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Nice article! I have often thought that the story of Eleanor of Brittany was a sad one; she does seem to have been largely forgotten by history, although she has appeared in the occasional romance novel as a minor character. However she does not hold the record for ‘longest imprisoned royal in English history’ by a long shot.
That title must certainly belong to the Princess Gwenllian, daughter of Llywelyn the Last, Prince of Wales, who was locked up in the convent of Sempringham in Lincolnshire from the time she was slightly over a year old to the time of her death shortly before her 55th birthday (1283–1337)–a span of nearly 54 years! Gwenllian would not have remembered her father, who died when she was 6 months old (her mother, Eleanor de Montfort, a granddaughter of King John, died at her birth); she would not have remembered the sound of her native language of Welsh, and likely was kept in ignorance not only of events outside the convent walls, but also of her own true identity.
Second place would go to Gwenllian’s cousin Gwladus (daughter of Llywelyn’s brother Dafydd), imprisoned in the convent of Sixhills for nearly as long (there is much less ready evidence for her life than Gwenllian’s, but she apparently died in 1336 after being placed there in 1283).
The reason for their imprisonment was the same as the reason for Eleanor’s, of course–they were put safely away where they could not possibly breed and pass on a bloodline that could have been inconvenient or troublesome to the Kings of England–it was Edward I who incarcerated them, and Edward II carried on that imprisonment, just as Henry III had continued the imprisonment of Eleanor after the death of his father.
You can look here for information on Gwenllian:
Thank you so much for your input, Janey. Several sources named Eleanor as the longest-serving royal prisoner. And so I have spent a very pleasant morning looking into why Gwenllian and her cousins are not counted in that list.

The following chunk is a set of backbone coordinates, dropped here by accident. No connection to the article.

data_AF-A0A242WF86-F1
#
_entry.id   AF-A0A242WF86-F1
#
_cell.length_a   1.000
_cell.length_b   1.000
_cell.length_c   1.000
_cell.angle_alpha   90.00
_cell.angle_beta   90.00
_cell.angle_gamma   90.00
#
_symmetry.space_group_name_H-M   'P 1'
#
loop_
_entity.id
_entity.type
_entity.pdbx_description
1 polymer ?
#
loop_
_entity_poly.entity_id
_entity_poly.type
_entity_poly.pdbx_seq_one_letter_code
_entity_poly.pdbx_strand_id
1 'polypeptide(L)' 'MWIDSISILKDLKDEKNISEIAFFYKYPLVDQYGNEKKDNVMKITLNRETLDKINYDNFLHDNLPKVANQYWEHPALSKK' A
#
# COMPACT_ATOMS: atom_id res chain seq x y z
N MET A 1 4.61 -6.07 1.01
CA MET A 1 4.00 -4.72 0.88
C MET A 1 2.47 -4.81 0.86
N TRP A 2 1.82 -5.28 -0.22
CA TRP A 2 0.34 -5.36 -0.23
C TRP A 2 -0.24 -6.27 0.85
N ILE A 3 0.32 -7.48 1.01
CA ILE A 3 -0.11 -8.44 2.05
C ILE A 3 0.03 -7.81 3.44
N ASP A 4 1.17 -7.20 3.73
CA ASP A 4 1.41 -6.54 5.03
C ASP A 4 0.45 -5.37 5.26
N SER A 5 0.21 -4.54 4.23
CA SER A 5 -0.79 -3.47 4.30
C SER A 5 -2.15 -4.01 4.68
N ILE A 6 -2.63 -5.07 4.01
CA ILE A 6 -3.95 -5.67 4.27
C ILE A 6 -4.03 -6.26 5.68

At first I thought it may be that the Welsh rulers were not thought of as royal – but there are 2 Welsh princes on the list and King Edward himself styled Gwenllian as ‘Princess’ when appealing to the pope for concessions for Sempringham.
So, I think it may have something to do with the fact that she was in a convent. That it was not a conventional prison may have caused her exclusion. All those included in the list were held in the more conventional castle prisons. It may also be that she stopped being considered a prisoner if she took her vows.
However, I certainly couldn’t find a definitive reason for her exclusion from the list.
If I ever find out, I’ll let you know.
Best wishes, Sharon
Sharon I never knew about Eleanor of Brittany before, what a very sad story. Beautifully written.
Thank you Anne Marie. I do feel sorry for Eleanor, locked away for life, just because of the blood running through her veins. It’s the unfairness of it.
Reblogged this on History's Untold Treasures and commented:
H/T History…the Interesting Bits!
Thank you. ☺
I really enjoyed your blog on Eleanor the Unfortunate (my term). May 2018 is a long time to wait for your new book, so I am so glad that you mentioned Book Depository! I have ordered from them in the past and have been pleased with their service.
Thank you Susan, that’s lovely to hear. Totally agree Re Depository – why wait when they can get it to you in September? Best wishes, Sharon ☺